Twiss J, McKenna S, Doward LC, Hana V, Karbownik-Lewinksa M, Popovic V. Further developments of the Quality of Life Assessment of Growth Hormone Deficiency in Adults (QOL-AGHDA). Poster presented at the 13th Annual European Congress; November 2010. Prague, Czech Republic. [abstract] Value Health. 2010 Nov; 13(7):A297.

OBJECTIVES: The QoL-AGHDA is the fi rst true quality of life (QoL) measure for adult growth hormone defi ciency and is widely used in clinical practice and trials. In the UK NICE advises that scores on the QoL-AGHDA should be used to guide treatment selection. The scale has good psychometric properties and has been shown to be responsive to changes in disease severity. The objective of the study was to adapt the QoL-AGHDA for the Czech Republic, Poland, Serbia, Slovakia and Brazil.

METHODS: The adaptation in each country required three stages: Translation, cognitive debriefi ng and a validation survey. The dual panel translation method was used to ensure the items were translated accurately and expressed in everyday language. Cognitive-debriefi ng interviews with local patients assessed face and content validity. The validation survey tested the psychometric properties of the new scales and included the Nottingham Health Profi le (NHP) as a comparator measure.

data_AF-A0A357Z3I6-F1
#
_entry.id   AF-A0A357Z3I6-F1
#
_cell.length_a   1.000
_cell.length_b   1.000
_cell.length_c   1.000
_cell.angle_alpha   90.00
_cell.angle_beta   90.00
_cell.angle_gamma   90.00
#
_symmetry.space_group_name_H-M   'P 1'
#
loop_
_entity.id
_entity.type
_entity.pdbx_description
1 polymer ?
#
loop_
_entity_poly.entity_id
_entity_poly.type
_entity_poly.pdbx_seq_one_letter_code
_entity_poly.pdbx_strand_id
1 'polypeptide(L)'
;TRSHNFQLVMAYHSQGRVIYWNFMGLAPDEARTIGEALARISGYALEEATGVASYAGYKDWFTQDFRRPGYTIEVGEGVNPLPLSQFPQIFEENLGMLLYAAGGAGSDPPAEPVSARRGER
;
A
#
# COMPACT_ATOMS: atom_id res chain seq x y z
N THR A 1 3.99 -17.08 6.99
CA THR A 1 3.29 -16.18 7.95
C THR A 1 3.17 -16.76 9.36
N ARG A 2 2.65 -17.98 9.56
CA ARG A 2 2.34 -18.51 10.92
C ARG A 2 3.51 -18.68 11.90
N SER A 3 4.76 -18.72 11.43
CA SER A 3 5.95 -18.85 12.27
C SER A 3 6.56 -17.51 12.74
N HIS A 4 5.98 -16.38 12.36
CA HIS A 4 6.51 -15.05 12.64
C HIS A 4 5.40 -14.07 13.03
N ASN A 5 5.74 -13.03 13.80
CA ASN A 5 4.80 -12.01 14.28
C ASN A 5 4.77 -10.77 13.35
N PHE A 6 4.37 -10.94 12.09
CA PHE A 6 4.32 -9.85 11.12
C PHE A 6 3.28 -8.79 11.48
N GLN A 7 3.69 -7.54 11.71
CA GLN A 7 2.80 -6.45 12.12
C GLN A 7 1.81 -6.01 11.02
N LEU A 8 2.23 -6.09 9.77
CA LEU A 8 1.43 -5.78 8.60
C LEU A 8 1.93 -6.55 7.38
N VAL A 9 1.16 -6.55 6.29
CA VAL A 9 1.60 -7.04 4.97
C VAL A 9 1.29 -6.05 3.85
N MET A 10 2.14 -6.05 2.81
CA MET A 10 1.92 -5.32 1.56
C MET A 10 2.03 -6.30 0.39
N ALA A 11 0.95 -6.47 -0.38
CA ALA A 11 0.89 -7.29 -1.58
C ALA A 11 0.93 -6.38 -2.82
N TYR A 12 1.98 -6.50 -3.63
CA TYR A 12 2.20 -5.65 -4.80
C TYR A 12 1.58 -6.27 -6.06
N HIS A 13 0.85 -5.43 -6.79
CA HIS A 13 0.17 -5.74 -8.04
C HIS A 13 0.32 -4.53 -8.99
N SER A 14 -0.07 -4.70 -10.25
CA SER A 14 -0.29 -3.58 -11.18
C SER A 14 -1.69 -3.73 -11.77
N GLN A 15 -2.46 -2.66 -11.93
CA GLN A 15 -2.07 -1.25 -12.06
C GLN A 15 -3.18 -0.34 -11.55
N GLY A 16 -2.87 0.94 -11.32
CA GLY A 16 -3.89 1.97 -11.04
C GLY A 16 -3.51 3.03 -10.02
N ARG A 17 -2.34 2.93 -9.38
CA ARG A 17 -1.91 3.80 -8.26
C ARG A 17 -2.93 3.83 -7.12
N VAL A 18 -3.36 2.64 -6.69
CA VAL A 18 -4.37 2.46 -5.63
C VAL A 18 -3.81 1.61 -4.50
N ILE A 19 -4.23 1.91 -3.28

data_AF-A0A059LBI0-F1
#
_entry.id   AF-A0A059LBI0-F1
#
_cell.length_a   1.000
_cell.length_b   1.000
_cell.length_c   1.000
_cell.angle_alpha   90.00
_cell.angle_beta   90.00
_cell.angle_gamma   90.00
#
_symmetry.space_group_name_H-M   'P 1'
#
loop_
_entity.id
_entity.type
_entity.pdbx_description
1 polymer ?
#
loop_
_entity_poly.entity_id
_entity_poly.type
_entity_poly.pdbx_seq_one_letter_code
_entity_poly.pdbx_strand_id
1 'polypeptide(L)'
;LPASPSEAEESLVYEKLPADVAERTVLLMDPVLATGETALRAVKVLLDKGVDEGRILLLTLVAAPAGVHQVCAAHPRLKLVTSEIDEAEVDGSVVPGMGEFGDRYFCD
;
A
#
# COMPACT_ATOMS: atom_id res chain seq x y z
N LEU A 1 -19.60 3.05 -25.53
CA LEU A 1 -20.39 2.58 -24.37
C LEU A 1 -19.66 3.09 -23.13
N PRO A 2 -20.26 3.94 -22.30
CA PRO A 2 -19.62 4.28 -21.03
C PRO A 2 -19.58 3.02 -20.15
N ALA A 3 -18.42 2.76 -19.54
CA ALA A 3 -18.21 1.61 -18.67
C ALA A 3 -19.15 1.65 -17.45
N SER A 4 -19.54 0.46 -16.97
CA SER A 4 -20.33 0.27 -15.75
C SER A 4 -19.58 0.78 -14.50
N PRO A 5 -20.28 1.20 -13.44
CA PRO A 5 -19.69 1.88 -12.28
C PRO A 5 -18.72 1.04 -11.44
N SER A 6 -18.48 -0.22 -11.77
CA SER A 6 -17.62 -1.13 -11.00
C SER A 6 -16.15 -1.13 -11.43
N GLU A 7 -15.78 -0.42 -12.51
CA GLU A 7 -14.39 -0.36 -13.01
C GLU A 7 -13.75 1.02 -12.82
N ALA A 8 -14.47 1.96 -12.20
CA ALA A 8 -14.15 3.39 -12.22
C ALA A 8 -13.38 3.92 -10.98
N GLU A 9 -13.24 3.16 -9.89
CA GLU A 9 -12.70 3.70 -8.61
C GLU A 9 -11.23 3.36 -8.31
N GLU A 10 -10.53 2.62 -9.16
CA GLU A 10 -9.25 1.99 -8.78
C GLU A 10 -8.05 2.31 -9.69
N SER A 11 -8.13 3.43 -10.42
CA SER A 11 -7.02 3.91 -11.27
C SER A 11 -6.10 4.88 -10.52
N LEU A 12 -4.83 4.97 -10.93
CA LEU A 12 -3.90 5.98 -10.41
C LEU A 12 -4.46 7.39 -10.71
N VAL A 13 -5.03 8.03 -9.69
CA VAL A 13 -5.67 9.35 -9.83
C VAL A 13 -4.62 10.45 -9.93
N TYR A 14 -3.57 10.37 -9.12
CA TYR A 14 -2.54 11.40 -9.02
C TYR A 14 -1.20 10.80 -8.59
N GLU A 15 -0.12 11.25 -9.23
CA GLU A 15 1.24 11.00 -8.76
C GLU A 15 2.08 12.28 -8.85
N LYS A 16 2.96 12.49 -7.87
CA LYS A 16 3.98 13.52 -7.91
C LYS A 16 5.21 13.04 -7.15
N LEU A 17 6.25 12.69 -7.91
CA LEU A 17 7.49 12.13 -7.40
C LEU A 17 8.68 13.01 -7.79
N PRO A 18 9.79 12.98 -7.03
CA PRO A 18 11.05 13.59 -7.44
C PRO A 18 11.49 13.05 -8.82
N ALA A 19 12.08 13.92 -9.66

RESULTS: Validation data are not available for Slovakia. Mean scores on the new versions of the QoL-AGHDA ranged from 6.2 to 11.8 (maximum possible = 25). Internal consistency ranged from 0.89–0.91 and test-retest reliability from 0.88–0.93. QoLAGHDA scores were statistically signifi cantly related to; perceived general health and level of fatigue in the Czech Republic, perceived physical activity and level of fatigue in Poland and Serbia and to perceived general health and rated QoL in Brazil. Across the countries mean correlations with NHP sections were (as expected) highest with energy level and emotional reactions (correlations 0.68–0.83) and lowest with sleep disturbance and pain (correlations 0.38–0.46).

CONCLUSIONS: This study indicates that (with the exception of Slovakia which requires further validation) the new language versions of the QoL-AGHDA meet the standards of the original UK version and the other 9 existing versions. The new adaptations represent valid and reliable tools for measuring QoL in international clinical trials.

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